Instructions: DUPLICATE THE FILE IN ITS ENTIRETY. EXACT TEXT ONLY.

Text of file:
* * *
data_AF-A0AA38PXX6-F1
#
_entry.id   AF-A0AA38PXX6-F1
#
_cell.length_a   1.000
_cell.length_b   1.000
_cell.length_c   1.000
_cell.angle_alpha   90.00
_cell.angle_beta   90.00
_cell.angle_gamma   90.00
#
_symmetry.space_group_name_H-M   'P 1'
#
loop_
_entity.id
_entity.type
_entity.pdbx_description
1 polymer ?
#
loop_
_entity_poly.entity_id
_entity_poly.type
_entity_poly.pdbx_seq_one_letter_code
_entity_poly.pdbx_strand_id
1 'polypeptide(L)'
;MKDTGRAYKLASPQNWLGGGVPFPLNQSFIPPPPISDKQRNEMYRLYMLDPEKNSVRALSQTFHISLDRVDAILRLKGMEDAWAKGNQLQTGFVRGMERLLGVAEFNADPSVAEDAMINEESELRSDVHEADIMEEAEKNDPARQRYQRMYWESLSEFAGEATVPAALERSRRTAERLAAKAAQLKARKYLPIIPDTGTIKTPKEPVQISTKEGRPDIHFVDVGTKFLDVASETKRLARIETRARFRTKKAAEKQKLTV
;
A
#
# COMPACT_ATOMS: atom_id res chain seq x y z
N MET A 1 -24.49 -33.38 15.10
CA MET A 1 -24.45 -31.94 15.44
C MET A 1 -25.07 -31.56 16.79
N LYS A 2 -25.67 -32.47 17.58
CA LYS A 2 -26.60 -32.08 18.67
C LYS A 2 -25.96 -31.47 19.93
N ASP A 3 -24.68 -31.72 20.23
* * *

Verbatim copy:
data_AF-A0AA38PXX6-F1
#
_entry.id   AF-A0AA38PXX6-F1
#
_cell.length_a   1.000
_cell.length_b   1.000
_cell.length_c   1.000
_cell.angle_alpha   90.00
_cell.angle_beta   90.00
_cell.angle_gamma   90.00
#
_symmetry.space_group_name_H-M   'P 1'
#
loop_
_entity.id
_entity.type
_entity.pdbx_description
1 polymer ?
#
loop_
_entity_poly.entity_id
_entity_poly.type
_entity_poly.pdbx_seq_one_letter_code
_entity_poly.pdbx_strand_id
1 'polypeptide(L)'
;MKDTGRAYKLASPQNWLGGGVPFPLNQSFIPPPPISDKQRNEMYRLYMLDPEKNSVRALSQTFHISLDRVDAILRLKGMEDAWAKGNQLQTGFVRGMERLLGVAEFNADPSVAEDAMINEESELRSDVHEADIMEEAEKNDPARQRYQRMYWESLSEFAGEATVPAALERSRRTAERLAAKAAQLKARKYLPIIPDTGTIKTPKEPVQISTKEGRPDIHFVDVGTKFLDVASETKRLARIETRARFRTKKAAEKQKLTV
;
A
#
# COMPACT_ATOMS: atom_id res chain seq x y z
N MET A 1 -24.49 -33.38 15.10
CA MET A 1 -24.45 -31.94 15.44
C MET A 1 -25.07 -31.56 16.79
N LYS A 2 -25.67 -32.47 17.58
CA LYS A 2 -26.60 -32.08 18.67
C LYS A 2 -25.96 -31.47 19.93
N ASP A 3 -24.68 -31.72 20.23